Objective: To study the influence of spiritual well being (Sp WB) on symptoms of distress, depression, and other dimensions of quality of life in advanced cancer patients receiving palliative care.
Materials and methods: The study was cross-sectional in nature. Fifty patients with advanced cancer from a hospice were assessed with the following instruments: the visual analog scale for pain (VAP), M.D. Anderson symptom inventory (MDASI), Hospital Anxiety Depression Scale (HADS), Functional assessment of cancer therapy-Palliative Care (FACT-pal), and Functional assessment of chronic illness therapy-spiritual well-being (FACIT-sp). We studied the correlations between spirituality and other variables on these scales.
Results: Depression and anxiety were negatively correlated with spiritual well-being (Sp WB). Sp WB was significantly correlated with fatigue (r = -0.423, P = 0.002), symptom distress (r = -0.717, P < 0.001), memory disturbance (r = -0.520, P < 0.001), loss of appetite (r = -0.399, P = 0.004), drowsiness (r = -0.400, P = 0.004), dry mouth (r = -0.381, P = 0.006), and sadness (r = -0.720, P < 0.001). Sp WB was positively correlated with all the other aspects of QOL measures. Predictors such as palliative care well-being (t = 2.840, P = 0.008), distress (t = -2.582, P = 0.015), sadness (t = -2.765, P = 0.010), mood (t = 2.440, P = 0.021), and enjoyment in life (t = -3.586, P = 0.001) were significantly correlated with Sp WB, after regression analysis.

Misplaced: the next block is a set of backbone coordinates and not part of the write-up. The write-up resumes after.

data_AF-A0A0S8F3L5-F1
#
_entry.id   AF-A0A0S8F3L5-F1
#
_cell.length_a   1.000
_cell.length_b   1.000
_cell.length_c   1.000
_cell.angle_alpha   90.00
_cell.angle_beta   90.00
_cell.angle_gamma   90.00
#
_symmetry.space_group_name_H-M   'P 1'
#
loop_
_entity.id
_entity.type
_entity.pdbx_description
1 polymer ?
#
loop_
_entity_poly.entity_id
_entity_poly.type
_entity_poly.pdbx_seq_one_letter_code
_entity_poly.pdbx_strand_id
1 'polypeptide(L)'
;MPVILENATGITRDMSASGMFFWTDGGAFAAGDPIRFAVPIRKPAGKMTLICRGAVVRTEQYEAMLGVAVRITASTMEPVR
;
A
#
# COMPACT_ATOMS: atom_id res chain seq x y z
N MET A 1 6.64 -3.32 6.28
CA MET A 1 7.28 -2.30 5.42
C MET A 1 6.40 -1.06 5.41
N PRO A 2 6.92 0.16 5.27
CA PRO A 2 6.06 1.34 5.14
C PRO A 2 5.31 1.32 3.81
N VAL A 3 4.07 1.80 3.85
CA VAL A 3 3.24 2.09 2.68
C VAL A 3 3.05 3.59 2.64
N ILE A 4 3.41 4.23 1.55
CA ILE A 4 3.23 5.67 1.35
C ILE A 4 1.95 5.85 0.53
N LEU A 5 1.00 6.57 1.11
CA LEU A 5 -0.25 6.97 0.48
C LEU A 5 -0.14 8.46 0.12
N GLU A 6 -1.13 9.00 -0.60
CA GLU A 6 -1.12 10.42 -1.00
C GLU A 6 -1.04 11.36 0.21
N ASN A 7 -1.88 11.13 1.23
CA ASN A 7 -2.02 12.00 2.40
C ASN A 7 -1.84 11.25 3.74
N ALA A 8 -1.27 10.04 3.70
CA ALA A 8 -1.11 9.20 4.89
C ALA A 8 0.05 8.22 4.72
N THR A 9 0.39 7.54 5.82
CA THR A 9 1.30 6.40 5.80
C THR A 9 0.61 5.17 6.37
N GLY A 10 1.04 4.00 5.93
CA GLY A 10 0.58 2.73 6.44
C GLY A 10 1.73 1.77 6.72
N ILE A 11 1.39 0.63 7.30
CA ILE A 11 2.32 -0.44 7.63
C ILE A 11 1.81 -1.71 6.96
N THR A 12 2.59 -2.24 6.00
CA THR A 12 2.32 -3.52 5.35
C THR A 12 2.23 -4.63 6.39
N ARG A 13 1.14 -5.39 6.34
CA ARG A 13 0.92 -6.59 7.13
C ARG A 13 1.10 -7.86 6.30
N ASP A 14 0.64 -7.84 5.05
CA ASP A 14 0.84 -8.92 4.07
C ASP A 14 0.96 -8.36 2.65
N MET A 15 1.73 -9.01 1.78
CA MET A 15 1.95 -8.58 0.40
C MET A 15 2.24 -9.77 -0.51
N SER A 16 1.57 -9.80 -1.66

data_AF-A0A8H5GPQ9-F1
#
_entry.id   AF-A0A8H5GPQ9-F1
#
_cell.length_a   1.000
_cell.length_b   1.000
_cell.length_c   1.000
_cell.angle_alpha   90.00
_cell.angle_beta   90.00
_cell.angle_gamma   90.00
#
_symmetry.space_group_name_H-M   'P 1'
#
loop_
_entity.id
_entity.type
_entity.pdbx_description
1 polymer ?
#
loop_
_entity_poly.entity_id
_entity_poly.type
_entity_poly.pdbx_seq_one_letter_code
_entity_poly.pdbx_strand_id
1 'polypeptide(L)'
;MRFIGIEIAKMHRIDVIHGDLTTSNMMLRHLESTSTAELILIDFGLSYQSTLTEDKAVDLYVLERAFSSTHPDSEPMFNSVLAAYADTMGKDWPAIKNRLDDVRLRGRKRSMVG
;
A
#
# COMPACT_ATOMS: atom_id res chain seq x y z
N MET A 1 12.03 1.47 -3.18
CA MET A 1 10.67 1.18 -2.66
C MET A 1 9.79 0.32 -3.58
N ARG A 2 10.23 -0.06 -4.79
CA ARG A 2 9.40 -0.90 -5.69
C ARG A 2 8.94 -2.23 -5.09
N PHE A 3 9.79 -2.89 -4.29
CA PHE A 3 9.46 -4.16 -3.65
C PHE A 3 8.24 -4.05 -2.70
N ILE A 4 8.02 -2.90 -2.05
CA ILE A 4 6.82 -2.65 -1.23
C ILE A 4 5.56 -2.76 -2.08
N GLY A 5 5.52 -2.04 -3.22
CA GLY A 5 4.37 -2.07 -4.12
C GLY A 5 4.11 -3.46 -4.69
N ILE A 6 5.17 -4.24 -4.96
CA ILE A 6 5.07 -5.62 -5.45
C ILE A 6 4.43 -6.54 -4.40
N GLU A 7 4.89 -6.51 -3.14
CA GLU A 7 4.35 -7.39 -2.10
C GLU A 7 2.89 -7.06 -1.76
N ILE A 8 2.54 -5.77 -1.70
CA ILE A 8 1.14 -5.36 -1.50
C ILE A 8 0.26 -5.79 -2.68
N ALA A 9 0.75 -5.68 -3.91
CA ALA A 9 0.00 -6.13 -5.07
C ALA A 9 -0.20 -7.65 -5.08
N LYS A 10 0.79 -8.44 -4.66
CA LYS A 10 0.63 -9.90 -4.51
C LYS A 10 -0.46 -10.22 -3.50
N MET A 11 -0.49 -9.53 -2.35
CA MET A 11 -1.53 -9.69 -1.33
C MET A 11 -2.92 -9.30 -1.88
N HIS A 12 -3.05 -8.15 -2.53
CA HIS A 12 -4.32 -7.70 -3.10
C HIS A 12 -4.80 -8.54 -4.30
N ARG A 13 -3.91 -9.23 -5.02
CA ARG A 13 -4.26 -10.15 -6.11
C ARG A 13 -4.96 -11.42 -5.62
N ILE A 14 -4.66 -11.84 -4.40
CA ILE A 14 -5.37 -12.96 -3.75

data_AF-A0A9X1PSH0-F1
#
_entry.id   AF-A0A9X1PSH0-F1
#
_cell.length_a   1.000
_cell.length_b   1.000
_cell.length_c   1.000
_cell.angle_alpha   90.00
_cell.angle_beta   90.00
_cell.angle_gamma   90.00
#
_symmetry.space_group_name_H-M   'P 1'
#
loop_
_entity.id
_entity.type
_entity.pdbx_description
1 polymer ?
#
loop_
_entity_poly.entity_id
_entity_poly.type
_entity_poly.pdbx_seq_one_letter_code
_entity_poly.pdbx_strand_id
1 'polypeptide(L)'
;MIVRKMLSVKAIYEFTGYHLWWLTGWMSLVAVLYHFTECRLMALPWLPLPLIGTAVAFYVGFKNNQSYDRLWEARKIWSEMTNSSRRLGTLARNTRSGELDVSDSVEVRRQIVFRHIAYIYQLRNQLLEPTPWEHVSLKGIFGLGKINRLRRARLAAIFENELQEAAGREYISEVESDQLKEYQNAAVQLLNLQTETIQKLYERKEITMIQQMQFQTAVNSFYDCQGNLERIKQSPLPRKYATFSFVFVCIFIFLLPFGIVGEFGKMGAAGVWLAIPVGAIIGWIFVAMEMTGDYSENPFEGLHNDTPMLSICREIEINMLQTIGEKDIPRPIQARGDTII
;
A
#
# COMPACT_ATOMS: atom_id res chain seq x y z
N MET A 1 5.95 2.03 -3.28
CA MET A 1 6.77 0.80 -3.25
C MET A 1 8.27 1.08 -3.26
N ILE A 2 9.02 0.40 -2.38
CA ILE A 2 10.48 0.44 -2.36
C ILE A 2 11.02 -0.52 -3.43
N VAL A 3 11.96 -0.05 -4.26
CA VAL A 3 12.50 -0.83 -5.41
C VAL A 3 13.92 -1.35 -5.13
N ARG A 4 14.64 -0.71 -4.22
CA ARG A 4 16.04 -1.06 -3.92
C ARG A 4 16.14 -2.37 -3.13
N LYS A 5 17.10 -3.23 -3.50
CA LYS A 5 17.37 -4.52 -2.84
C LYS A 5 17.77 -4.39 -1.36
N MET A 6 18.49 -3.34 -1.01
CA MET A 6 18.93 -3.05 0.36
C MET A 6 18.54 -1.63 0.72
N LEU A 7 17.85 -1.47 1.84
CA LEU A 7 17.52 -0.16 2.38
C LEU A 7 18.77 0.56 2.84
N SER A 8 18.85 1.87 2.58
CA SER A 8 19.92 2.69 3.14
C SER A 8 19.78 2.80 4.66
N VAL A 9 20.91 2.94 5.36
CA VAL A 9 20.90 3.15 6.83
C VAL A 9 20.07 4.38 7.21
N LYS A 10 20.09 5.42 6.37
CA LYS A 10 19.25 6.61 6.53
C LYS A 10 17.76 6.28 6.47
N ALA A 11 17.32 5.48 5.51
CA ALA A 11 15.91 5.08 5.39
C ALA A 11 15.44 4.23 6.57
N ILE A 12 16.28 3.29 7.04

Conclusions: This study suggests that spiritual well being is an important component of the quality of life of advanced cancer patients, and is closely related to the physical and psychological symptoms of distress. It should be addressed appropriately and adequately in palliative care settings.